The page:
A Japanese disaster relief team dispatched in response to the leakage of fuel oil from a Japanese-owned freighter that ran aground off Mauritius said Friday it cannot estimate when the cleanup operation could be completed.

"The spilled oil has stuck to coastal mangroves where it is hard to remove," a member of the team said in an online press briefing hosted by the Japan International Cooperation Agency via the videoconferencing app Zoom.

Using chemicals to dissolve the oil is not a viable option as it may harm the ecosystem, the team said, adding that it was not presently aware of any damage to underwater coral.

Supplied photo of a Japanese-owned bulk carrier stranded on a reef off the coast of Mauritius taken from Mauritius Prime Minister Pravind Jugnauth's official Twitter account. (Kyodo)

The team, which consists of four experts from the Japan Coast Guard and one official each from the Foreign Ministry and JICA, arrived in the Indian Ocean island nation on Monday.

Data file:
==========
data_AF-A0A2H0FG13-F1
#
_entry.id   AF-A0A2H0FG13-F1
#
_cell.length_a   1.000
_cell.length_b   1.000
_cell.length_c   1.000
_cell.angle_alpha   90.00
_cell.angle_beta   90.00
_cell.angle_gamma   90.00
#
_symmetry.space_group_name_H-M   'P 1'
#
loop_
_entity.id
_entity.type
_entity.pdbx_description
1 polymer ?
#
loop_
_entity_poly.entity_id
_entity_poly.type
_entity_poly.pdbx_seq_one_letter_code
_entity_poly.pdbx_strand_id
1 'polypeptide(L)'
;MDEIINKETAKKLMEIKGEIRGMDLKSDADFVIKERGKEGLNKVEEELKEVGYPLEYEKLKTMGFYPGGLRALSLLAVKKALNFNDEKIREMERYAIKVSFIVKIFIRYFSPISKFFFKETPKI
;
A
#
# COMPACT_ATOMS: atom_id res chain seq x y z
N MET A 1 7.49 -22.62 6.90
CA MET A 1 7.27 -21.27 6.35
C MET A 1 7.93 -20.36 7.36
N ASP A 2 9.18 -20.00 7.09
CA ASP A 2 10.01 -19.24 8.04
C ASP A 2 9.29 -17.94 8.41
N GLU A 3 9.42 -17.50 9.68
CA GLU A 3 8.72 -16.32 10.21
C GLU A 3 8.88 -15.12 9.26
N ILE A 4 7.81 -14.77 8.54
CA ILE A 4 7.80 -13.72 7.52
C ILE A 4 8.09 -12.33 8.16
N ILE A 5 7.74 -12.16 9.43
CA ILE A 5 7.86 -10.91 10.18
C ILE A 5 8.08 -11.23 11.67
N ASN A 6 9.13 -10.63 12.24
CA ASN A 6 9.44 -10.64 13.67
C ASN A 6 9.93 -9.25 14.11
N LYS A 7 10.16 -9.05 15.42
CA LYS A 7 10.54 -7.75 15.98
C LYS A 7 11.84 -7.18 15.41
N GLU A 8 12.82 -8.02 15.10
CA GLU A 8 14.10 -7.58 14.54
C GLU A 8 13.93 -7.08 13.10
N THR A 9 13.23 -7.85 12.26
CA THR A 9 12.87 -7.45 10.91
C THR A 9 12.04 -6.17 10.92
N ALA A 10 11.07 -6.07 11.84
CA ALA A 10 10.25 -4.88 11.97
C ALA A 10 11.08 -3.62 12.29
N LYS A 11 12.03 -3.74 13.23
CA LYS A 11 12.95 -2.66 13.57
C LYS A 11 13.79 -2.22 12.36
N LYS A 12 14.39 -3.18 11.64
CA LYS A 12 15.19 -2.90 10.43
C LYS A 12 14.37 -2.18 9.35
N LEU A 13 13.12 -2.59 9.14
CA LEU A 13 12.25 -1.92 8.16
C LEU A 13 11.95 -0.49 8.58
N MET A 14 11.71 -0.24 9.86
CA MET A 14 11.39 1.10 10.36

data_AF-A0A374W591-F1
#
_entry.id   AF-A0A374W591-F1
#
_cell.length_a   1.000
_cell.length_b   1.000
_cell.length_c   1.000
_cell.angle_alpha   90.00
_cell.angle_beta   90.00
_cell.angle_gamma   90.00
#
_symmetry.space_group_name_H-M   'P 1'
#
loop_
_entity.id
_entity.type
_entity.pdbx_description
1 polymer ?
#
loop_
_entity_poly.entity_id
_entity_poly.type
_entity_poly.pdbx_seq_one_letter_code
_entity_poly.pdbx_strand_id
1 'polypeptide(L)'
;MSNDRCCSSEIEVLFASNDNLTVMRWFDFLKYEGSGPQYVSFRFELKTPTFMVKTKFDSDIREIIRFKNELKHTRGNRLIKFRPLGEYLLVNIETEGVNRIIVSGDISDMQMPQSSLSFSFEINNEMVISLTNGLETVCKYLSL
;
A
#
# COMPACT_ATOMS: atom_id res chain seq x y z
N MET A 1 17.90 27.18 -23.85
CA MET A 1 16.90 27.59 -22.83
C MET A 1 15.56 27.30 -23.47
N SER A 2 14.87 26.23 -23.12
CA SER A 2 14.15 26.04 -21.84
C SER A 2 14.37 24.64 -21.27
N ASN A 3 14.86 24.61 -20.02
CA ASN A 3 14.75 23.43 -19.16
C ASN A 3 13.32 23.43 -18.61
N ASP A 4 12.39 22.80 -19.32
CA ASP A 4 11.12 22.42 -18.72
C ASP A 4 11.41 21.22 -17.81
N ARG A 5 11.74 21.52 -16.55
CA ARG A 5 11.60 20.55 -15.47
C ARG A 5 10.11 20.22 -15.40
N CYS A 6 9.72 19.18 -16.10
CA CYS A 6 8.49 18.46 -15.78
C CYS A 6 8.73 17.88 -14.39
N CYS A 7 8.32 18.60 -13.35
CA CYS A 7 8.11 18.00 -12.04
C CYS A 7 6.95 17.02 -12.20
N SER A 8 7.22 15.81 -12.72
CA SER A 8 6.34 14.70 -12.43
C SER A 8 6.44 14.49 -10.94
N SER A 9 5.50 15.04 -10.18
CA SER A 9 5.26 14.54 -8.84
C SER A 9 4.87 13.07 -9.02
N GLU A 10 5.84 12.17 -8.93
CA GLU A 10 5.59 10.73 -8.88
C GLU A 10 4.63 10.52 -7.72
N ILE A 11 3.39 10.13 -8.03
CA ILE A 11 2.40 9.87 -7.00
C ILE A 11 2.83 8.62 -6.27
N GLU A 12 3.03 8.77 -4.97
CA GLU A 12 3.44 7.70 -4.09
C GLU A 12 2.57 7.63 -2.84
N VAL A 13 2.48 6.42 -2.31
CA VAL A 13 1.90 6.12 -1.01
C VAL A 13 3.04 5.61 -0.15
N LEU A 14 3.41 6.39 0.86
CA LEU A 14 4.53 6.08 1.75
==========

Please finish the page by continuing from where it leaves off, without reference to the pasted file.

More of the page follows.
A recent survey of the area found that oil had spread to around 10 kilometers north of where the ship had ran aground near Pointe d'Esny, an area designated as a wetland of international importance under the Ramsar Convention.

More than 1,000 tons of fuel oil has leaked from the vessel, according to its operator Mitsui O.S.K. Lines Ltd.

The team expects to finish removing all the oil remaining inside the vessel within the next few days, weather permitting.

The Panama-flagged bulk carrier Wakashio, owned by Nagashiki Shipping Co., was carrying a total of some 3,800 tons of fuel oil when it ran aground on July 25. The oil began to leak last week when one of the five fuel tanks cracked.